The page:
The late-winter rains of 1885 had been heavy, and on March 15 Village Creek between Fort Worth and Arlington was in a mood: out of its banks, running high, wide, and ruthless. As the rain fell and the creek rose, Texas & Pacific passenger train 304 headed east from Fort Worth. It was pulled by T&P engine 642. Clip is from the Dallas Daily Herald.
If you’re keeping score, engine 642 was an “American” class locomotive, meaning it had a 4-4-0 wheel configuration: four leading wheels on two axles, four powered and coupled driving wheels on two axles, and no trailing wheels. Length: about forty feet. Weight: seventy thousand pounds, give or take. (Photo from Fielder House Museum.)
The engineer of train 304, Lyman Roach, slowed those seventy thousand pounds to twelve miles per hour as the train headed down Arlington Hill toward a 130-foot-long bridge over Village Creek. Note the surveys of Middleton Tate Johnson, Matthew Jackson Brinson, Robert R. Ramey, and Sarah Gray Jennings, who donated the land for Fort Worth’s Carnegie Library. (1885 General Land Office map detail from Pete Charlton’s “The Lost Antique Maps of Texas: Fort Worth & Tarrant County, Volume 2” CD.)
That bridge was located near this modern-day railroad trestle over the creek near West Division Street at Green Oaks Boulevard.
Water in the creek on that ides of March in 1885 was twelve feet above normal, sweeping all before it, weakening the timbers of the bridge. As the leading wheels of engine 642 tiptoed onto the bridge (if seventy thousand pounds of iron can tiptoe), the timbers gave way. The engine, mail car, and baggage car plunged through the bridge and out of sight into the rising water.
The locomotive’s fireman, J. G. Habeck, disappeared into the creek with the locomotive. Four other members of the crew were injured. Two passenger cars remained on the track. Clip is from the March 16 Dallas Daily Herald.
On March 17 the Dallas Daily Herald reported that the body of the fireman had been found downstream. T&P workers, some of whom had been on strike at the time of the wreck, cleared the track and recovered the mail and baggage cars. But efforts to pull engine 642 out of the creek failed. The engine eventually sank out of sight into the mud, although some people say part of the engine remained above water into the twentieth century.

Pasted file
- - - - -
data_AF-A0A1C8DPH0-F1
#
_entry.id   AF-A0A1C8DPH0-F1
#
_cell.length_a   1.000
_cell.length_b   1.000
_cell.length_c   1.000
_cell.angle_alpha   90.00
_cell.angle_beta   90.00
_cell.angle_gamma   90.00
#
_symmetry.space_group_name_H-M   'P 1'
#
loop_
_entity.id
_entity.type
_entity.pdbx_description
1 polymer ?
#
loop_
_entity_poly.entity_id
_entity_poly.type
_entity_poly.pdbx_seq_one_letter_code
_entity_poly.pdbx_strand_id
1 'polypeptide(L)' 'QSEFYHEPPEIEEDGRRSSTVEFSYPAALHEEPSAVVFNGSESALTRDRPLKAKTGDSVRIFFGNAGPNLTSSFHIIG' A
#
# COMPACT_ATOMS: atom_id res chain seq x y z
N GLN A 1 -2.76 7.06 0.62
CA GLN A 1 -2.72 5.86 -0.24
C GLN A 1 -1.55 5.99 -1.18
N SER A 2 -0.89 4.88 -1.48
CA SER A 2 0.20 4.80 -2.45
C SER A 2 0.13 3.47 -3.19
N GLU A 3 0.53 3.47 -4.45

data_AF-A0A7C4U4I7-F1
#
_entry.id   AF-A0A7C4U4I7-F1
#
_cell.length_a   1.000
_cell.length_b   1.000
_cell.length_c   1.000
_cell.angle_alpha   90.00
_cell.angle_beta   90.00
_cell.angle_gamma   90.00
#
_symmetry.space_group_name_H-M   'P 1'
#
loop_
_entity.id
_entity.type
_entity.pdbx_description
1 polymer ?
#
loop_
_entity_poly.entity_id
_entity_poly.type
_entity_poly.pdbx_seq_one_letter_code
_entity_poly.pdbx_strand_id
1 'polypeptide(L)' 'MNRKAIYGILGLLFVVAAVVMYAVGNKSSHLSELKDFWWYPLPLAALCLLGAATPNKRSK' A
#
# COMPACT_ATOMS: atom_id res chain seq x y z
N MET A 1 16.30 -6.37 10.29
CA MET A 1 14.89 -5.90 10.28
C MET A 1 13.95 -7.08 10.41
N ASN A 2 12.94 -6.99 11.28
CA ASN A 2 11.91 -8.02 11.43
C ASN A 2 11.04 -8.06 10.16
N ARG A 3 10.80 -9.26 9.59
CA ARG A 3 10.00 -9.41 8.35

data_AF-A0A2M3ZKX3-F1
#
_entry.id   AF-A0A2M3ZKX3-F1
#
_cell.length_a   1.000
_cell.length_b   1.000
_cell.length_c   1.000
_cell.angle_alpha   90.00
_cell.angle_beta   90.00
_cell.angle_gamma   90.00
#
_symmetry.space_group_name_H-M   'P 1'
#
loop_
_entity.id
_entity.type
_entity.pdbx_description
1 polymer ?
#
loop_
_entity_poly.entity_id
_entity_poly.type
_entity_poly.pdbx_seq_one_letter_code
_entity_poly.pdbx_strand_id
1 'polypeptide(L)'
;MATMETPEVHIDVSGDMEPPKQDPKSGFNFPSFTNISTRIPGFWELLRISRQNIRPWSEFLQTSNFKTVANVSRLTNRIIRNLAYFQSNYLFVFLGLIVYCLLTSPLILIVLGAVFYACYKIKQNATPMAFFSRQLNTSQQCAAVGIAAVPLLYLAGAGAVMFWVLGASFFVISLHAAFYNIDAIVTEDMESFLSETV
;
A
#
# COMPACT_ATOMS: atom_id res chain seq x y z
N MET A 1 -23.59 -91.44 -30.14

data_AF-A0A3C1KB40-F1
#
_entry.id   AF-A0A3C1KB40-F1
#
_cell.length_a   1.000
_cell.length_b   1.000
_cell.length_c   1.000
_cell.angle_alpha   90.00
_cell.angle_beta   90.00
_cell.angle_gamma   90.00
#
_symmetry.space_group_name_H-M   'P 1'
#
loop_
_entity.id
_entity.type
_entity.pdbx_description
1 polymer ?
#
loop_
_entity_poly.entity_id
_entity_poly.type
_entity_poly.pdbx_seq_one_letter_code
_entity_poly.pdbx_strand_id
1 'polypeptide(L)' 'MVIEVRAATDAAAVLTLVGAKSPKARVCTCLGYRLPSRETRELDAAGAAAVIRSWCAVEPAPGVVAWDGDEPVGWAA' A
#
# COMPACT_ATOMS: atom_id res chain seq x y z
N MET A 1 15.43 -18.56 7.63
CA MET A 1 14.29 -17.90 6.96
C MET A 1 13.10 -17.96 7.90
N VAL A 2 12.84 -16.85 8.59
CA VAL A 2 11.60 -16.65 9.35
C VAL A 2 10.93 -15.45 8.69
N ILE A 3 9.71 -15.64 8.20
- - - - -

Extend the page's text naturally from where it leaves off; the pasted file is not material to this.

Today, after the passage of more than 125 years and possible shifting of the creek channel, no one has been able to pinpoint the location of engine 642. Still, now and then someone tries to find it. But one scholar at UTA said searchers would need sophisticated equipment, such as a proton magnetometer, which, he said, is a souped-up metal detector.
But how does a seventy-thousand-pound locomotive just disappear in the first place? After all, a locomotive that size does not lend itself to concealment. Or has the old engine evaded discovery simply because it’s not there anymore, perhaps long ago dug up and sold for scrap? When ninety-five-year-old Bill Bardin was asked about that possibility a few years ago, he was sure the engine is still there. He said his grandfather was one of the workers who tried to recover the engine from the creek. He said any effort to remove the engine later would have been impossible to conceal.
“The old interurban was running along there [after 1902],” Bardin said. “If there had been any recovery, people riding that interurban would have seen it.”
Indeed, the tracks of the interurban and T&P crossed Village Creek close to each other near interurban stop 14. (Map from Pete Charlton’s “1000+ Lost Antique Maps of Texas & the Southwest on DVD-ROM.”)
“Some fellows came messing around here during the Second World War with the idea of raising No. 642 for the scrap in her,” Pruitt Meredith told the Dallas Morning News in 1959. Meredith operated a business near the bridge. “They gave up pretty quick.”
“I’ve been looking into that creek for eighteen years, and I’ve never seen her,” Meredith said.
And what kind of condition might engine 642 be in now? A hundred-year mud pack couldn’t do its complexion much good. Nonetheless, a few years ago a developer had big plans to spend $1 million to find engine 642, exhume it, restore it, and put it on display at the renovated T&P passenger terminal downtown.
Nothing came of those plans.
Meanwhile, somewhere down there in the mud of Village Creek, Texas & Pacific engine 642 is lying low, waiting, like an iron Lazarus, to be raised from the dead.